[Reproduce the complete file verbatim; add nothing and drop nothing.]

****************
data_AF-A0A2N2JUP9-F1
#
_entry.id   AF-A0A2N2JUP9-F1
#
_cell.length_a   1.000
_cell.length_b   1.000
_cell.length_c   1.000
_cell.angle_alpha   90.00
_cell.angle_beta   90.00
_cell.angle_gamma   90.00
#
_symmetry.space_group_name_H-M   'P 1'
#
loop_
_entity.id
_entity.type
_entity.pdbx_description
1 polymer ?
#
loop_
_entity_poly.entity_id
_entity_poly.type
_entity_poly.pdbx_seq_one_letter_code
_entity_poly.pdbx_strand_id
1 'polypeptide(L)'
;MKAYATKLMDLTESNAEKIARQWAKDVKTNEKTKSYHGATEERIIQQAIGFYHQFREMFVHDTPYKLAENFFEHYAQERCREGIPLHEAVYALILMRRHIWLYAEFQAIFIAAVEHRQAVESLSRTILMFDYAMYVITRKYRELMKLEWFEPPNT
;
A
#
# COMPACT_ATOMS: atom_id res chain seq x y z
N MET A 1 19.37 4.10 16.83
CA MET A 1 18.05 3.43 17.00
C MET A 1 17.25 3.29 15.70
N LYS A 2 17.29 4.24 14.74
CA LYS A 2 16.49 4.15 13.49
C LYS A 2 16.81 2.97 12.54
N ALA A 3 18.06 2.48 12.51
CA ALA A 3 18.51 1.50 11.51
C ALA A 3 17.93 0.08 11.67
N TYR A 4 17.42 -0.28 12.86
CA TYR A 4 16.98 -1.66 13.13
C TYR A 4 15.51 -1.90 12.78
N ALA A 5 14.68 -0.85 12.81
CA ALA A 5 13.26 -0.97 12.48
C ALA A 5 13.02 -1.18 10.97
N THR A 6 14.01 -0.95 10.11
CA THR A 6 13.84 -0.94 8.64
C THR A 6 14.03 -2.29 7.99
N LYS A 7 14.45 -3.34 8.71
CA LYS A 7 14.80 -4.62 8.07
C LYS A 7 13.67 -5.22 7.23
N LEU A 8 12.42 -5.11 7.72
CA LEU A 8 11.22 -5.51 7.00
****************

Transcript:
data_AF-A0A2N2JUP9-F1
#
_entry.id   AF-A0A2N2JUP9-F1
#
_cell.length_a   1.000
_cell.length_b   1.000
_cell.length_c   1.000
_cell.angle_alpha   90.00
_cell.angle_beta   90.00
_cell.angle_gamma   90.00
#
_symmetry.space_group_name_H-M   'P 1'
#
loop_
_entity.id
_entity.type
_entity.pdbx_description
1 polymer ?
#
loop_
_entity_poly.entity_id
_entity_poly.type
_entity_poly.pdbx_seq_one_letter_code
_entity_poly.pdbx_strand_id
1 'polypeptide(L)'
;MKAYATKLMDLTESNAEKIARQWAKDVKTNEKTKSYHGATEERIIQQAIGFYHQFREMFVHDTPYKLAENFFEHYAQERCREGIPLHEAVYALILMRRHIWLYAEFQAIFIAAVEHRQAVESLSRTILMFDYAMYVITRKYRELMKLEWFEPPNT
;
A
#
# COMPACT_ATOMS: atom_id res chain seq x y z
N MET A 1 19.37 4.10 16.83
CA MET A 1 18.05 3.43 17.00
C MET A 1 17.25 3.29 15.70
N LYS A 2 17.29 4.24 14.74
CA LYS A 2 16.49 4.15 13.49
C LYS A 2 16.81 2.97 12.54
N ALA A 3 18.06 2.48 12.51
CA ALA A 3 18.51 1.50 11.51
C ALA A 3 17.93 0.08 11.67
N TYR A 4 17.42 -0.28 12.86
CA TYR A 4 16.98 -1.66 13.13
C TYR A 4 15.51 -1.90 12.78
N ALA A 5 14.68 -0.85 12.81
CA ALA A 5 13.26 -0.97 12.48
C ALA A 5 13.02 -1.18 10.97
N THR A 6 14.01 -0.95 10.11
CA THR A 6 13.84 -0.94 8.64
C THR A 6 14.03 -2.29 7.99
N LYS A 7 14.45 -3.34 8.71
CA LYS A 7 14.80 -4.62 8.07
C LYS A 7 13.67 -5.22 7.23
N LEU A 8 12.42 -5.11 7.72
CA LEU A 8 11.22 -5.51 7.00